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Hockey Is For Everyone

NHL introduces children of color to hockey at Martha's Vineyard festival

Kids try shooting, stickhandling, meet O'Ree at annual gathering of black families

by William Douglas @WDouglasNHL / Staff Writer

VINEYARD HAVEN, Mass. -- Jeff Lubin saw something Tuesday that he had never seen before: His children holding hockey sticks.

"This is the first time they've done this," said Lubin as he watched his son Marcel, 6, and daughter Ashlee, 4, firing street hockey balls into a net. "Children of color are so used to having the football, having the basketball in their hands. We have footballs and basketballs in our house, I would never expect to give them a hockey stick. It's different and it's nice. I like it."

The NHL brought hockey to Martha's Vineyard to participate at the OB Boogie, one of the largest annual gatherings of black families on the popular summer vacation spot.

A driving rain didn't stop hundreds of families from assembling inside a tent outside the Martha's Vineyard Museum to meet Willie O'Ree, the NHL's first black player, and try their hand at shooting and stickhandling at stations brought to the island by the League.

"I see a lot of talent in these young kids, really," O'Ree said. "It just goes to show you, build it and they will come."

Rob Knesaurek, vice president, Industry Growth Fund Initiatives at the NHL, said the purpose for attending the Boogie was to help grow the game and to show it is welcoming and inclusive.

"It's important that people get to see that hockey is for everyone, truly," said Knesaurek, a former forward who played collegiate hockey in Canada and played three seasons in the Ontario Hockey League. "I think it's important to diversify our game and let people know they're welcome to play our game, regardless of where you come from."

Lori Hall Armstrong, one of the Boogie's organizers, said the NHL's presence helps show children that there are playing and fan possibilities beyond the other major league sports.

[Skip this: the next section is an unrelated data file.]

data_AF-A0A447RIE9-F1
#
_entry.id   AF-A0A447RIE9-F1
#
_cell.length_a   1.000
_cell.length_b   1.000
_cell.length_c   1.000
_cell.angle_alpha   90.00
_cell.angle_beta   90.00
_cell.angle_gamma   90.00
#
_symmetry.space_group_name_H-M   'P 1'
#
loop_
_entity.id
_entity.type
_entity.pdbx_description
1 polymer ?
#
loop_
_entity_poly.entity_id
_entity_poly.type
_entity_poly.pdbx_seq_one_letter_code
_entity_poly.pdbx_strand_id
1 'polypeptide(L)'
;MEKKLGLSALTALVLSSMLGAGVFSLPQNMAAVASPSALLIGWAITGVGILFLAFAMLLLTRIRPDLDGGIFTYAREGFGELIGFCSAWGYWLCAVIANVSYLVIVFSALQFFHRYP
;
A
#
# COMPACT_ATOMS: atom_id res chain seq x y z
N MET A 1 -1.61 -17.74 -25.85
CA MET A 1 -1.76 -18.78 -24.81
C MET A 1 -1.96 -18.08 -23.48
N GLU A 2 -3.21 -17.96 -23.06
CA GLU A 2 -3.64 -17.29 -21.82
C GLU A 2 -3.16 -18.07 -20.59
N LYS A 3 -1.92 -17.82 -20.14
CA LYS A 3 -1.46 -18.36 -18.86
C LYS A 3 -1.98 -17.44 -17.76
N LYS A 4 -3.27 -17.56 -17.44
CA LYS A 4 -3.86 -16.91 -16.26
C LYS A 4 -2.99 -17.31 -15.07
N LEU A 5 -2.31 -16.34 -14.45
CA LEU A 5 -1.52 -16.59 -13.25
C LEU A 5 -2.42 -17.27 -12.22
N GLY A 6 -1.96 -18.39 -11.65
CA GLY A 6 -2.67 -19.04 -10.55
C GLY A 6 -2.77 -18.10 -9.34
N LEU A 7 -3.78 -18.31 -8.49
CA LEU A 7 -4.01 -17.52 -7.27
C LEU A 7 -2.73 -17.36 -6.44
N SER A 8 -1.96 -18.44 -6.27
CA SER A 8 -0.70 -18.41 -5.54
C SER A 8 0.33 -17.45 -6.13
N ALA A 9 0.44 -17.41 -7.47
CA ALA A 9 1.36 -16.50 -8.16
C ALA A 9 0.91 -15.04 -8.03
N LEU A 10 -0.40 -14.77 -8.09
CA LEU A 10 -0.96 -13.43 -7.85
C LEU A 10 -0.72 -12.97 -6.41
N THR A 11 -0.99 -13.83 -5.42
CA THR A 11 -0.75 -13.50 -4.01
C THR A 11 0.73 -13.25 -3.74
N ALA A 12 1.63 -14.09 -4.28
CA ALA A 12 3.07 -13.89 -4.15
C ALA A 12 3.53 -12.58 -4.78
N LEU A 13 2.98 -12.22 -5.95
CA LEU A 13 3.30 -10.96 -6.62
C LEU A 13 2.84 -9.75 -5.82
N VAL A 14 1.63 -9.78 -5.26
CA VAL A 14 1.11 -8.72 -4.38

The Boogie began six years ago when parents in New York and New Jersey, who were also connected through college and sororities, organized the fun-filled event as an activity for their children.

It has morphed into one of the largest children's events, with families coming from as far as California. 

"This is the biggest family party in Martha's Vineyard, this is a group of affluent, successful black people from the East Coast all the way to the West Coast and they have the resources and skills to enjoy hockey," Armstrong said. "Being at an event like this and do hands-on lessons in hockey is invaluable. For some of them, this might be the first time. It is a great experience for them, and we're happy that they can be exposed to it." 

Tuesday was the first time Nia Broughton of Centreville, Virginia, ever shot a puck. She said it was hard but fun.

"I never really had a chance to get into hockey before," Broughton said. "I'll try it again sometime."

Her mother, Candace Broughton, was pleasantly surprised to see the NHL at the event and pleased that her children got a chance to try a game that they've watched on television. 

"Exposure is great, I wasn't expecting it," Candace Broughton said. "It's very nice to have exposure."

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